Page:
Is Rome a homophobic city?

The mayor of Rome Gianni Alemanno has denied claims by Nichi Vendola, the leader of the left-wing Sinistra Ecologia Libertà (SEL) party, that Rome is a homophobic city.

Vendola, a high-profile gay politician, whose party is important to the outcome of the general elections in February, claimed that "In Rome I am afraid to go out by myself at night for fear of being insulted" over his sexual orientation. Alemanno responded by saying that Rome guarantees "acceptance and respect for all" and highlighted the city’s involvement with Gaypride.

Vendola’s remarks followed an anti-gay slur from Romano Amatiello, who is linked to the far right Casapound organisation and seeks election to the city council with the "Fascists of the Third Millennium". It was the latest in a series of anti-gay comments that Vendola has faced from Italian politicians in the recent past.

The clash between Alemanno and Vendola comes immediately after the controversy over homophobic graffiti which appeared outside the Cornelio Tacito high school in the Prati district of Rome over the weekend of 2-3 February. Prati is known for its far-right organisations such as Casapound.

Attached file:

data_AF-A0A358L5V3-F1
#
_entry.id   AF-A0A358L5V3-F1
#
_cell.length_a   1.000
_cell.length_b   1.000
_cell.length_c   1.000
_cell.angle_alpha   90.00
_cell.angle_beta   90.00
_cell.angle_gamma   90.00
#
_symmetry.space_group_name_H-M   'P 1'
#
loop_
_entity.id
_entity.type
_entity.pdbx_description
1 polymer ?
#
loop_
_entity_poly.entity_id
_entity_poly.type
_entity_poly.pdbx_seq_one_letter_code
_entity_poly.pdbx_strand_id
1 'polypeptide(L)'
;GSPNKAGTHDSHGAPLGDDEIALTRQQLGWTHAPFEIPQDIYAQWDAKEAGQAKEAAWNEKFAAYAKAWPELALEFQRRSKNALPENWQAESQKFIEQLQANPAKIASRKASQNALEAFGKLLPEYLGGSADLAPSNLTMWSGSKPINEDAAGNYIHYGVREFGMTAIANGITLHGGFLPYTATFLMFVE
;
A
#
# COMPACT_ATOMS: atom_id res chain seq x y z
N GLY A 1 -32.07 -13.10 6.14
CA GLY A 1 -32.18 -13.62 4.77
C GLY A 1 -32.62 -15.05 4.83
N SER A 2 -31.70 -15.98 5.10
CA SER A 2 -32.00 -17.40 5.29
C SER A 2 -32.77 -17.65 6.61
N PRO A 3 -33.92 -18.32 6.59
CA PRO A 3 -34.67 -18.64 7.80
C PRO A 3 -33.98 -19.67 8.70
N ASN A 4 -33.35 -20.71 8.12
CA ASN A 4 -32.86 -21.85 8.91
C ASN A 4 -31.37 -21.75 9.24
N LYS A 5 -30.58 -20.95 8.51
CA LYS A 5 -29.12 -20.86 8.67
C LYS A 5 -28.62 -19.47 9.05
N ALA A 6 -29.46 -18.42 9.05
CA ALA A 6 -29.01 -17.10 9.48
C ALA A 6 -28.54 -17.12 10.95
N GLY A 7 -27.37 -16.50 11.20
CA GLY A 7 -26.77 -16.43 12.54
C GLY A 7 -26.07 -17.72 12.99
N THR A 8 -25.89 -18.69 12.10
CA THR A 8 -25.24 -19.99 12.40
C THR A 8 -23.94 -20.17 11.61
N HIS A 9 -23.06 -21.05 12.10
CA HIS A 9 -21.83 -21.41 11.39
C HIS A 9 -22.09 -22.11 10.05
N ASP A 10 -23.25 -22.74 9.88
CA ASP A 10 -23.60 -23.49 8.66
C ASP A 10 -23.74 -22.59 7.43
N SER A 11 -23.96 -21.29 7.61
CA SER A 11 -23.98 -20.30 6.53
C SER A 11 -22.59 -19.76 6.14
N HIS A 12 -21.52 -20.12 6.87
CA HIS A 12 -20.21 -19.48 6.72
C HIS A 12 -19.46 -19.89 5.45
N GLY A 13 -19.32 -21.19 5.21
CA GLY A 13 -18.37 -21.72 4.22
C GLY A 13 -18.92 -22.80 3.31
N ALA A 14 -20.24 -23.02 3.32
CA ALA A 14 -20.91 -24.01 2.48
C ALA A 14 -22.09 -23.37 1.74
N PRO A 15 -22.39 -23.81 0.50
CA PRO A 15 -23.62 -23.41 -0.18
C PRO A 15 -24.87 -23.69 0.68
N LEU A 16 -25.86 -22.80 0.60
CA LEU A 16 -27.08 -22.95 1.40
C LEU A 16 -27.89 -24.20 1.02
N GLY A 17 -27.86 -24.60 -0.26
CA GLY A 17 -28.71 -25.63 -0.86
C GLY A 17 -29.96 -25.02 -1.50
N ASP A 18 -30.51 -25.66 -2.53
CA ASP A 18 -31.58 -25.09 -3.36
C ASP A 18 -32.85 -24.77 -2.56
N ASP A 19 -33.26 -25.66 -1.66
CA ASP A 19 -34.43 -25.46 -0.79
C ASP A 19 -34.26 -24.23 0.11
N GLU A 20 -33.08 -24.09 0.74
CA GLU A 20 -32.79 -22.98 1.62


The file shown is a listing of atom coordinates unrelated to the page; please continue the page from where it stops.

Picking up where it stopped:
The derogatory message is believed to have been directed at a 15-year-old, identified only as "P", a popular student who was elected to the school council and who happens to be gay. The message, which advised the student to quit the school, was accompanied by a Celtic cross, a symbol synonymous with contemporary Italian fascism.

The school quickly removed the graffiti, which it said was not the work of any of its students, and authorities are currently studying CCTV footage in an attempt to identify those involved. The institute's principal Giuliana Mori described the school's atmosphere as "relaxed and open" and said bullying was not an issue. For his part, the student responded ironically with "They have dedicated a mural to me, I'm almost glad!" before adding on a serious note “They cannot even hurt me. [Personally]I would give it little importance but there are those who pay with life itself, I cannot turn a blind eye."

Offering the student the "solidarity of all the city of Rome", Alemanno described the graffiti as the work of "cowards who believe in intimidating all those who combat violence and marginalisation".